A "Zest for Life" is a Path to Death
Earlier this spring, a 13-year National Hockey League veteran was killed when his pickup truck "went out of control and rolled." Initial accounts on the sports pages mentioned that "teammates and family members" remembered the player as having a "zest for life." For those who don't understand sport- speak, having a zest for life is a euphemism for what would be called a drinking problem in other quarters. Life j also frequently engage in other death-defying behaviors.
Sure enough, when the toxicology report came in, the defenseman was found to have a blood alcohol level of 0.27. For those of you who are not familiar with blood alcohol terminology, it might be instructive to examine what these numbers equate to. A normal-sized Notre Dame male student consuming 3 to 4 drinks over a several- hour period, while munching down a medium pepperoni pizza, should safely blow less than a .08 — which is becoming the new presumptive standard for intoxication.
Once above .10 (called point-one-oh in copspeak), a person enters into that phase where he thinks he is REALLY funny/attractive to women/macho/adept at driving fast/better able to call plays than Coach Davie/ etc. This is the dangerous zone, especially when combined with a fast moving automobile.
In the case I am writing about, this guy's blood alcohol was at 0.27, a place otherwise known as "where Rod Serling hung out." This guy was no longer zesting for life — he was on an inexorable path to the end of his life.
As if our life zester wasn't treading on unsafe enough ground, he decided that he was too tough to need a seat belt. No police officer in America will be surprised to learn that the next zest our boy felt was the exhilaration of being airborne. These out-of-truck landings seldom end well for the humans involved, since most objects which break their fall (e.g. roads, trees, vehicles, etc.) are relatively immovable and will usually break lots of body parts instead.
Four times during the past two years, Notre Dame student security workers have done surveys of campus seat belt usage as part of a federal study. The compliance with Indiana law (and respect for the laws of immovable objects) is pretty good among the Notre Dame family. We're generally between 70 and 75 percent at our test locations (although varsity athletes seem to be lower, with football players having the most zest for life).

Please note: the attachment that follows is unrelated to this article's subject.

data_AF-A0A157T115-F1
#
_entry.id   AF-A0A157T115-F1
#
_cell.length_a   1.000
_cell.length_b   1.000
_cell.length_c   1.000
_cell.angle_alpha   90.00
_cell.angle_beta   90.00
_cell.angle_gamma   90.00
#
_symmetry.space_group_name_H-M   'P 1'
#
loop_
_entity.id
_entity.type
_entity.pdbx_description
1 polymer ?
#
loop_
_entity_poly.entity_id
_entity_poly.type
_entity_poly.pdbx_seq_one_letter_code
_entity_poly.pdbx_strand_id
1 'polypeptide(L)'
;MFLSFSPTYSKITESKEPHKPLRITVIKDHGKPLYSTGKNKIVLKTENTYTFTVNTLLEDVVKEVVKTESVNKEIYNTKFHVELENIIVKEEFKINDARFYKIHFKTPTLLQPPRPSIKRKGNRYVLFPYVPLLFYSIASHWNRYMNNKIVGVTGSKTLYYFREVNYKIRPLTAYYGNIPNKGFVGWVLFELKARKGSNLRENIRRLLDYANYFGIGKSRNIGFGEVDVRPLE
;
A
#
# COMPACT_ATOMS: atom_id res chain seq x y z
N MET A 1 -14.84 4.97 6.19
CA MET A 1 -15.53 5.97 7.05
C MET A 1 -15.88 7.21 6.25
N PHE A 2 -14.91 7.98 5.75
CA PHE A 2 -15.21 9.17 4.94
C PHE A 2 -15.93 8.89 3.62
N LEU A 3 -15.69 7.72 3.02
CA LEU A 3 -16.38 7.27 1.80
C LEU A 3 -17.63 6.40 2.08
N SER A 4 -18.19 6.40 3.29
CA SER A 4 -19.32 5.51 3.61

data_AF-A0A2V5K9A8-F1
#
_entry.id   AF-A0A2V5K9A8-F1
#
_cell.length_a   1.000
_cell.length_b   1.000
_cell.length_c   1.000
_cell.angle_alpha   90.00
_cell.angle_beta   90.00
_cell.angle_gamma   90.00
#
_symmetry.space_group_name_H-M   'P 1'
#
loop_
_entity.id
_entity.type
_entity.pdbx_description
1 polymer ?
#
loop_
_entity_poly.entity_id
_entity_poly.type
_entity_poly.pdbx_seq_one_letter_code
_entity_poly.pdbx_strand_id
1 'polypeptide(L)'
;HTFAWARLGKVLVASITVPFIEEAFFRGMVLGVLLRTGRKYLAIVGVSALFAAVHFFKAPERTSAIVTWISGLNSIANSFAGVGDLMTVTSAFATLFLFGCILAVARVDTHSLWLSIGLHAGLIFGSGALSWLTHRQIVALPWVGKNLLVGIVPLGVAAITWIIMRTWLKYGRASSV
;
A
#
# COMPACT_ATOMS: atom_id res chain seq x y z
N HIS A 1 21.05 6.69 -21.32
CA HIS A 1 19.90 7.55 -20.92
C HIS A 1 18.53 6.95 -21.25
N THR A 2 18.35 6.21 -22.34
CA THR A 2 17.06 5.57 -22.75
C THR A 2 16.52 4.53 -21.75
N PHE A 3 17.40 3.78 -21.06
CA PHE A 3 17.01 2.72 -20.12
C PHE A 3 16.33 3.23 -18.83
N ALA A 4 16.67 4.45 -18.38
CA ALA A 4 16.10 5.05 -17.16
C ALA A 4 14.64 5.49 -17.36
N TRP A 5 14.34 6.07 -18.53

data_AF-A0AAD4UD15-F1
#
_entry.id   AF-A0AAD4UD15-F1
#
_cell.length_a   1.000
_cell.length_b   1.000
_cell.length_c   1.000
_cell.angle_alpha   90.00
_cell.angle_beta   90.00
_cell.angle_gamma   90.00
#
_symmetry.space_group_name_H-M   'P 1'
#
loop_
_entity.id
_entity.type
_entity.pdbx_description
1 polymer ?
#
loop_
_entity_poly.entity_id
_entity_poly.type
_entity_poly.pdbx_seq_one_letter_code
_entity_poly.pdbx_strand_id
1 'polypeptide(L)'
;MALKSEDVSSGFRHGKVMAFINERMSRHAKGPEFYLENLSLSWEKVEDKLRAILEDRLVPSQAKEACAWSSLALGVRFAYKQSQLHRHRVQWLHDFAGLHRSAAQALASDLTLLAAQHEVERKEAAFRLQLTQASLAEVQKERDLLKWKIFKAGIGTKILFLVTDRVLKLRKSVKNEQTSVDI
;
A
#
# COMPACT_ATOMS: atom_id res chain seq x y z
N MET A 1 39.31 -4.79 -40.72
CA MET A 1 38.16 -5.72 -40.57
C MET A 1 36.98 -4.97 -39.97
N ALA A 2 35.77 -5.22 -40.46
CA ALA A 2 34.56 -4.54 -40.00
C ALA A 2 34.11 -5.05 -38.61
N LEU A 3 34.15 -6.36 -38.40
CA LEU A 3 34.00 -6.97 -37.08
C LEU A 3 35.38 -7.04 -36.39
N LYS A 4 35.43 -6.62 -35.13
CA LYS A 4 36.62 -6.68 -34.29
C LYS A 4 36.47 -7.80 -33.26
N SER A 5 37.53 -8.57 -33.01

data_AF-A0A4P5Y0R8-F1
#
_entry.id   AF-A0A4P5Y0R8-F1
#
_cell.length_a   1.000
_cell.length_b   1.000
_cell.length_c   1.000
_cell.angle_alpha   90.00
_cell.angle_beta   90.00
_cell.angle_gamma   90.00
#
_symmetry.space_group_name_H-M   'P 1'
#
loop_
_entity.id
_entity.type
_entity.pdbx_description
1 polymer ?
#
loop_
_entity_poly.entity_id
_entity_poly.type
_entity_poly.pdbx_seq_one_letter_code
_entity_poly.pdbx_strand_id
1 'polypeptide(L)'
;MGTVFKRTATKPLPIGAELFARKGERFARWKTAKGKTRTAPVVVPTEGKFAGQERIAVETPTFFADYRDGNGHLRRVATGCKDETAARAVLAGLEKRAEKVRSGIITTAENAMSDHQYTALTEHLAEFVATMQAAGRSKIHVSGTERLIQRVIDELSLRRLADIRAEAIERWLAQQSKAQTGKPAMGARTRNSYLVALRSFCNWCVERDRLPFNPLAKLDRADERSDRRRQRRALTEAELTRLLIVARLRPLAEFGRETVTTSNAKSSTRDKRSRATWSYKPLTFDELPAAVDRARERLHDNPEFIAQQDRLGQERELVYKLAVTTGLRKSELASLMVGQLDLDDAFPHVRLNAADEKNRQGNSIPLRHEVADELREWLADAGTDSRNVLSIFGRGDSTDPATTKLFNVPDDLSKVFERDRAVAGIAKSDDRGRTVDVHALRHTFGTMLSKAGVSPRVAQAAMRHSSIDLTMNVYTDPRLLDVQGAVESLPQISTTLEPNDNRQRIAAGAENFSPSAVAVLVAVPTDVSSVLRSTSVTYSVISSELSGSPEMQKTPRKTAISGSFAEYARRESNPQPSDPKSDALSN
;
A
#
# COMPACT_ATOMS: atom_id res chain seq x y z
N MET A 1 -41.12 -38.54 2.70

The saddest\ part of the news accounts of the puckster's death was the mention of his children, aged 7, 4 and 2. They will grow up with only dim memories of their father. When they are old enough to understand, I bet they will wish that their dad had MORE zest for their lives and less zest for Budweiser.
Not long after I wrote the above, another NHL defenseman died when he fell out of a boat and was struck by its propeller. According to press accounts, the player was accompanied by "a local woman identified as Michelle Monroe, who had met the player on the beach" and "alcohol was consumed by the boating party." There was no mention of "zest for life," but I presume that's one of the reasons he brought along Michelle Monroe (Nominal Determinism: Kim Dunbar's best friend).
It takes courage to resist peer pressure surrounding drinking. Pro athletes and college students often have trouble resisting these urges. Once entering the "zest for life" zone, few people have the capability to think and act reasonably. The only explanation why MORE persons aren't killed and maimed by excessive imbibing is the presence of good angels looking over them.
In a recent Ann Landers column, a reader wrote that he had learned his lesson after causing the serious injury of two persons as the result of a DUI with felony assault. He wrote that his blood alcohol level was .330 (a little bit shy of comatose). He stated that he has lost his license, job, fiancé, home and self-respect. His final statement was that he will take a taxi the next time he has too much to drink. Yep, I'm sure of it. After he belts down his eighth shot of Yukon Jack, he'll be very clear-headed, while he looks for Michelle Monroe to go for a boat ride or play hockey.
Within days of finishing this column, a veteran NFL football lineman suffered the "near amputation" of his right arm, following a car accident. The driver was going at a fast rate of speed (surprise No. 1) and the two injured players were NOT wearing their seat belts (color me shocked!) and were ejected from the car.
The next time you're at an event where alcohol is present, please exercise some restraint. Think of your future children. You don't want to be in an Ann Landers column! And, whether inebriated or not, PLEASE buckle up!
Cappy Gagnon,'66, is the Coordinator of Stadium personnel. He often went without wearing his seat belt, until his 10-year-old daughter, Marnie, asked him to buckle up.
The views expressed in this column are those of the author and not necessarily those of The Observer.
All Viewpoint Stories for Monday, September 6, 1999